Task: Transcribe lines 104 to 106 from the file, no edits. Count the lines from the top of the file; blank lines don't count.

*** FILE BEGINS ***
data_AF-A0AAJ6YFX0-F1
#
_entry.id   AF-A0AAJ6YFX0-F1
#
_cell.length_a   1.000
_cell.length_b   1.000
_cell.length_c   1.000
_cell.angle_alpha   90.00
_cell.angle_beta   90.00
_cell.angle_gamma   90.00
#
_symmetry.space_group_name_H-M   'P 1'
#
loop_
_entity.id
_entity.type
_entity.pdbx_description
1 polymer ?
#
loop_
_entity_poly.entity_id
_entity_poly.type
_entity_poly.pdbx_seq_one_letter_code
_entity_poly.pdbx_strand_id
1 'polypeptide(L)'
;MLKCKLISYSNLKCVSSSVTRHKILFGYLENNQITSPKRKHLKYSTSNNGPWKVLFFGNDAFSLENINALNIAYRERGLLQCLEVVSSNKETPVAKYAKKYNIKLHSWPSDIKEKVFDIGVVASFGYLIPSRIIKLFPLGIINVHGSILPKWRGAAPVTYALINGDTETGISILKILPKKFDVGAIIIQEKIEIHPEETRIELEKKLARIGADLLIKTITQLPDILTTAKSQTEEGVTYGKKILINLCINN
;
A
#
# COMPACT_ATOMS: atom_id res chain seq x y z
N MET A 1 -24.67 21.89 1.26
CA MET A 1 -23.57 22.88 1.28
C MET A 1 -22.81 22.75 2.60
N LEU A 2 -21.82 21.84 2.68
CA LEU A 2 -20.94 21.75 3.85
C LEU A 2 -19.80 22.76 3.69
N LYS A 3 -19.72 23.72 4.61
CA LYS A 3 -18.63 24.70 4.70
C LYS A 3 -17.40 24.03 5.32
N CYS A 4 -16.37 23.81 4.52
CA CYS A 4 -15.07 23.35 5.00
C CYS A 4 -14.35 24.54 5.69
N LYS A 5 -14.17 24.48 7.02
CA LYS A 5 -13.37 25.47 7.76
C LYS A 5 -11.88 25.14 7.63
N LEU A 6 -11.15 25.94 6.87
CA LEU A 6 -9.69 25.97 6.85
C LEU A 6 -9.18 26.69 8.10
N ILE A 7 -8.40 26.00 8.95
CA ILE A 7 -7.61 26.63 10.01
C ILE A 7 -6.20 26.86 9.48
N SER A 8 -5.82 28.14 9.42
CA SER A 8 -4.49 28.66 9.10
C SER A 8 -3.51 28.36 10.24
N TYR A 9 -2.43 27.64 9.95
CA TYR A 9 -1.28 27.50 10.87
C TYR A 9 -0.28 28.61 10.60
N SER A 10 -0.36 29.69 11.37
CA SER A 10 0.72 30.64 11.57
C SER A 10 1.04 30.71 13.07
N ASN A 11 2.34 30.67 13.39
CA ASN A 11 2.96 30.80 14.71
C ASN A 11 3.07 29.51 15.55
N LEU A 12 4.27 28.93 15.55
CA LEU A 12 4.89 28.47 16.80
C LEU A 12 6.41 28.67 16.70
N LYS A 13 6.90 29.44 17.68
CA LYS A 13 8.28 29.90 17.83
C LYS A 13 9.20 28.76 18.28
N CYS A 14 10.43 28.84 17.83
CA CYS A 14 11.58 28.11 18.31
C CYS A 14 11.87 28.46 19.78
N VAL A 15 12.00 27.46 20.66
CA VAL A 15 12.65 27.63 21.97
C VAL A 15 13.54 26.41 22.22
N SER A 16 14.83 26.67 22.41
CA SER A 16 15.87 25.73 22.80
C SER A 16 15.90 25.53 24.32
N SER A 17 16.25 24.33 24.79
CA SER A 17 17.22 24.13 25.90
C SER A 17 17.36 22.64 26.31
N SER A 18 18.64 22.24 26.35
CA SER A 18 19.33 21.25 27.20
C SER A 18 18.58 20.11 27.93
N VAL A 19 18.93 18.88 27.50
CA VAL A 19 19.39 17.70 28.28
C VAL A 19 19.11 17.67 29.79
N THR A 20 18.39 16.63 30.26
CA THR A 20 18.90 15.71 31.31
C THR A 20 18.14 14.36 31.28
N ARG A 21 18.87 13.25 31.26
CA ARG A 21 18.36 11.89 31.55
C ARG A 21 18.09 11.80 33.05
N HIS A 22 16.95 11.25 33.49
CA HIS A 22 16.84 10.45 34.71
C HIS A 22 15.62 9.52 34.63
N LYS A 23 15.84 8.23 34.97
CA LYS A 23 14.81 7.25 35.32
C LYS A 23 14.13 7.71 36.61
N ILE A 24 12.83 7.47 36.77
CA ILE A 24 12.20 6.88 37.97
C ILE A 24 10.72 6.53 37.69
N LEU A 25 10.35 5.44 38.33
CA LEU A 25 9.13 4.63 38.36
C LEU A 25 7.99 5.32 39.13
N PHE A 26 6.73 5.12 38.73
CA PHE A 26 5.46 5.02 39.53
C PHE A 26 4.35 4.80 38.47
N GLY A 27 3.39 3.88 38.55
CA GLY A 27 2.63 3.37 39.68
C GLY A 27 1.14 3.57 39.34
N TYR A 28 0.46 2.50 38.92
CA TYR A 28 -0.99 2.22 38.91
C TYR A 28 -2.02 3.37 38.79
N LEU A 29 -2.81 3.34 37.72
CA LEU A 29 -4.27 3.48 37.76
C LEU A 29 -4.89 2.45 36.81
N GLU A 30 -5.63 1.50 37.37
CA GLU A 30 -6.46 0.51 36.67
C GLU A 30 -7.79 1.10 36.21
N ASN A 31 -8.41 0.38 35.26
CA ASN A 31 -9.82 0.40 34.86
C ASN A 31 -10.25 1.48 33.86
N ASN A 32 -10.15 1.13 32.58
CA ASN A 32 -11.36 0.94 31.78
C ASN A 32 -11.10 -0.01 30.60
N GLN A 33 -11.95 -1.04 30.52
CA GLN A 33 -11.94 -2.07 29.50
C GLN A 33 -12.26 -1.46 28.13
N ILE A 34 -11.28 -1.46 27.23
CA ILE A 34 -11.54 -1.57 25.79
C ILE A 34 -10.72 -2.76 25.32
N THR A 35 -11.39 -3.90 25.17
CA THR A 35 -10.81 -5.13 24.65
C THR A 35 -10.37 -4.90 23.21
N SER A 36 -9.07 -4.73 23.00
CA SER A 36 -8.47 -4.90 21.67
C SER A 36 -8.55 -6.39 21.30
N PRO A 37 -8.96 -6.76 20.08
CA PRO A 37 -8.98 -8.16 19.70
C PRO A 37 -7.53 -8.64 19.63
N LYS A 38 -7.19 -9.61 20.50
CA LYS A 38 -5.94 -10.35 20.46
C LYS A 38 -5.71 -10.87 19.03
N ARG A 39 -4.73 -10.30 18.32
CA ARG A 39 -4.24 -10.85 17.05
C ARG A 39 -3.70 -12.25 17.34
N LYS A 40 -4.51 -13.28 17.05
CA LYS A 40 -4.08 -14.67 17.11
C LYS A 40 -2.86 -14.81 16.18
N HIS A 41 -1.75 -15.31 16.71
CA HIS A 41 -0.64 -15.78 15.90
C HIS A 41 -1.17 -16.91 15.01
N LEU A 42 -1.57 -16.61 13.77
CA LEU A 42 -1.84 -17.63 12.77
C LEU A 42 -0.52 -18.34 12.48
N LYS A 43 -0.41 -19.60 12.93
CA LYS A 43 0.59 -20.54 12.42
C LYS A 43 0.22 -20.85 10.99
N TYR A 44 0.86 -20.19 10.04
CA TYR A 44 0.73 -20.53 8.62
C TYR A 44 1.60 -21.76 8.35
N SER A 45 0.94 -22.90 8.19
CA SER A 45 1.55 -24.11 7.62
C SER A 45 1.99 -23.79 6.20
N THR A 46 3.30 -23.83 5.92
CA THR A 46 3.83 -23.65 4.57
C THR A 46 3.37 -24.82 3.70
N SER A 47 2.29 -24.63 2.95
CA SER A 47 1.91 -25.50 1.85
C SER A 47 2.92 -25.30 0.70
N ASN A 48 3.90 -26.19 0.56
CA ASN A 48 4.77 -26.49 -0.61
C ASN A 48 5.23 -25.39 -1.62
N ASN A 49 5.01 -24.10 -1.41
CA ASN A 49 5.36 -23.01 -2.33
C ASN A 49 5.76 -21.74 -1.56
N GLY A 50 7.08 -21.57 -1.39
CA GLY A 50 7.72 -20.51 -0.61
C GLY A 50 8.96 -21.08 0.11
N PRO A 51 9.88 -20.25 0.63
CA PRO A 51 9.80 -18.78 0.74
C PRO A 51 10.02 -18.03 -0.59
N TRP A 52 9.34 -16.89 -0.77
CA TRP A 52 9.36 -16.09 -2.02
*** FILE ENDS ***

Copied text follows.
CA LEU A 25 9.13 4.63 38.36
C LEU A 25 7.99 5.32 39.13
N PHE A 26 6.73 5.12 38.73